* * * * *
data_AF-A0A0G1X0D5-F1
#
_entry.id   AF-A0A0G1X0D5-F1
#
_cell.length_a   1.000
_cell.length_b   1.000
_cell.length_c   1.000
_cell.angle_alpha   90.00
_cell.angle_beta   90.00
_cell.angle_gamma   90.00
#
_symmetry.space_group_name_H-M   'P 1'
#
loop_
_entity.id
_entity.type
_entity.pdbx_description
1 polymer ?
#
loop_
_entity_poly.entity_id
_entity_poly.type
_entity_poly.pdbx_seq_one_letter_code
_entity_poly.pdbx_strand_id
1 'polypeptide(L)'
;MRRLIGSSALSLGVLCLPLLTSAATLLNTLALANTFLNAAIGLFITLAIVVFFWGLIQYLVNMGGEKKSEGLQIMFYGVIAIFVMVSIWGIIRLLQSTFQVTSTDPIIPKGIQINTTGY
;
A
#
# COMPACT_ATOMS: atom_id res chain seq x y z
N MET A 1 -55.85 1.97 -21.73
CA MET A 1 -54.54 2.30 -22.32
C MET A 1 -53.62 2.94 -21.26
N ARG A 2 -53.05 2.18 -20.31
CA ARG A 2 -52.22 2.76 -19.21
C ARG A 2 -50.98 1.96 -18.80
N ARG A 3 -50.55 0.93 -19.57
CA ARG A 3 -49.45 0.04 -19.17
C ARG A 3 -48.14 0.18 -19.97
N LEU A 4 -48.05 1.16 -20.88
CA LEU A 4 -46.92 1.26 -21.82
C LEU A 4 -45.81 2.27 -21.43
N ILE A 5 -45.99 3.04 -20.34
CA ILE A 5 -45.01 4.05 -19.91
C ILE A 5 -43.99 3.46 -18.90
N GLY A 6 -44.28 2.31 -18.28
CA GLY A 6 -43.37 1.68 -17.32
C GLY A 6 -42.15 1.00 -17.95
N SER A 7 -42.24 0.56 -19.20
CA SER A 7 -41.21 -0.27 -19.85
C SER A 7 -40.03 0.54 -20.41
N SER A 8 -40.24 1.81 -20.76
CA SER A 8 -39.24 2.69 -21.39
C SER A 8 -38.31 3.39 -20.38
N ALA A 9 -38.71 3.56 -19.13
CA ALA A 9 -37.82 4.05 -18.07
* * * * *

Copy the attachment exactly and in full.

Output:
data_AF-A0A0G1X0D5-F1
#
_entry.id   AF-A0A0G1X0D5-F1
#
_cell.length_a   1.000
_cell.length_b   1.000
_cell.length_c   1.000
_cell.angle_alpha   90.00
_cell.angle_beta   90.00
_cell.angle_gamma   90.00
#
_symmetry.space_group_name_H-M   'P 1'
#
loop_
_entity.id
_entity.type
_entity.pdbx_description
1 polymer ?
#
loop_
_entity_poly.entity_id
_entity_poly.type
_entity_poly.pdbx_seq_one_letter_code
_entity_poly.pdbx_strand_id
1 'polypeptide(L)'
;MRRLIGSSALSLGVLCLPLLTSAATLLNTLALANTFLNAAIGLFITLAIVVFFWGLIQYLVNMGGEKKSEGLQIMFYGVIAIFVMVSIWGIIRLLQSTFQVTSTDPIIPKGIQINTTGY
;
A
#
# COMPACT_ATOMS: atom_id res chain seq x y z
N MET A 1 -55.85 1.97 -21.73
CA MET A 1 -54.54 2.30 -22.32
C MET A 1 -53.62 2.94 -21.26
N ARG A 2 -53.05 2.18 -20.31
CA ARG A 2 -52.22 2.76 -19.21
C ARG A 2 -50.98 1.96 -18.80
N ARG A 3 -50.55 0.93 -19.57
CA ARG A 3 -49.45 0.04 -19.17
C ARG A 3 -48.14 0.18 -19.97
N LEU A 4 -48.05 1.16 -20.88
CA LEU A 4 -46.92 1.26 -21.82
C LEU A 4 -45.81 2.27 -21.43
N ILE A 5 -45.99 3.04 -20.34
CA ILE A 5 -45.01 4.05 -19.91
C ILE A 5 -43.99 3.46 -18.90
N GLY A 6 -44.28 2.31 -18.28
CA GLY A 6 -43.37 1.68 -17.32
C GLY A 6 -42.15 1.00 -17.95
N SER A 7 -42.24 0.56 -19.20
CA SER A 7 -41.21 -0.27 -19.85
C SER A 7 -40.03 0.54 -20.41
N SER A 8 -40.24 1.81 -20.76
CA SER A 8 -39.24 2.69 -21.39
C SER A 8 -38.31 3.39 -20.38
N ALA A 9 -38.71 3.56 -19.13
CA ALA A 9 -37.82 4.05 -18.07